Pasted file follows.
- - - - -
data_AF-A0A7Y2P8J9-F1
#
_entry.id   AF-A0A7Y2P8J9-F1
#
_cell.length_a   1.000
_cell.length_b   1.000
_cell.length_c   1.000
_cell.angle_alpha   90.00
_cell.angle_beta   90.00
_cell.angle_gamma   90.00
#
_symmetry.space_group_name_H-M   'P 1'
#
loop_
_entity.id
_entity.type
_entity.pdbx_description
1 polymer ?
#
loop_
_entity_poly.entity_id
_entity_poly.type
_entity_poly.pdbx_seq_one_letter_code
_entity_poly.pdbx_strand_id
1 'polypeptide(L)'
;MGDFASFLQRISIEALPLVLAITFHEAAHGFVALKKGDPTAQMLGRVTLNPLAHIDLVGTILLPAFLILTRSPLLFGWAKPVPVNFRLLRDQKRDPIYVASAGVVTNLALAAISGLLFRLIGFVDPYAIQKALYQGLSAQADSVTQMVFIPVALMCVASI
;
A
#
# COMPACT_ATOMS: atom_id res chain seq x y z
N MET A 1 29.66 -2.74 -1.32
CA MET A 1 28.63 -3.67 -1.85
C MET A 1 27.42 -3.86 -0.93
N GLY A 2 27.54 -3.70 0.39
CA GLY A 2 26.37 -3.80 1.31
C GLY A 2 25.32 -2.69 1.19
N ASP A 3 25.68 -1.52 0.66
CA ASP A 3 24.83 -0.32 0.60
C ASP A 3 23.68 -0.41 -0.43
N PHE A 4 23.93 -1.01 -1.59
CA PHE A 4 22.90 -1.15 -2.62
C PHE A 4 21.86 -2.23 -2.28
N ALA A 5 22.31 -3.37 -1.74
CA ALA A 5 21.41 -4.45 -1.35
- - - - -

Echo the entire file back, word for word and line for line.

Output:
data_AF-A0A7Y2P8J9-F1
#
_entry.id   AF-A0A7Y2P8J9-F1
#
_cell.length_a   1.000
_cell.length_b   1.000
_cell.length_c   1.000
_cell.angle_alpha   90.00
_cell.angle_beta   90.00
_cell.angle_gamma   90.00
#
_symmetry.space_group_name_H-M   'P 1'
#
loop_
_entity.id
_entity.type
_entity.pdbx_description
1 polymer ?
#
loop_
_entity_poly.entity_id
_entity_poly.type
_entity_poly.pdbx_seq_one_letter_code
_entity_poly.pdbx_strand_id
1 'polypeptide(L)'
;MGDFASFLQRISIEALPLVLAITFHEAAHGFVALKKGDPTAQMLGRVTLNPLAHIDLVGTILLPAFLILTRSPLLFGWAKPVPVNFRLLRDQKRDPIYVASAGVVTNLALAAISGLLFRLIGFVDPYAIQKALYQGLSAQADSVTQMVFIPVALMCVASI
;
A
#
# COMPACT_ATOMS: atom_id res chain seq x y z
N MET A 1 29.66 -2.74 -1.32
CA MET A 1 28.63 -3.67 -1.85
C MET A 1 27.42 -3.86 -0.93
N GLY A 2 27.54 -3.70 0.39
CA GLY A 2 26.37 -3.80 1.31
C GLY A 2 25.32 -2.69 1.19
N ASP A 3 25.68 -1.52 0.66
CA ASP A 3 24.83 -0.32 0.60
C ASP A 3 23.68 -0.41 -0.43
N PHE A 4 23.93 -1.01 -1.59
CA PHE A 4 22.90 -1.15 -2.62
C PHE A 4 21.86 -2.23 -2.28
N ALA A 5 22.31 -3.37 -1.74
CA ALA A 5 21.41 -4.45 -1.35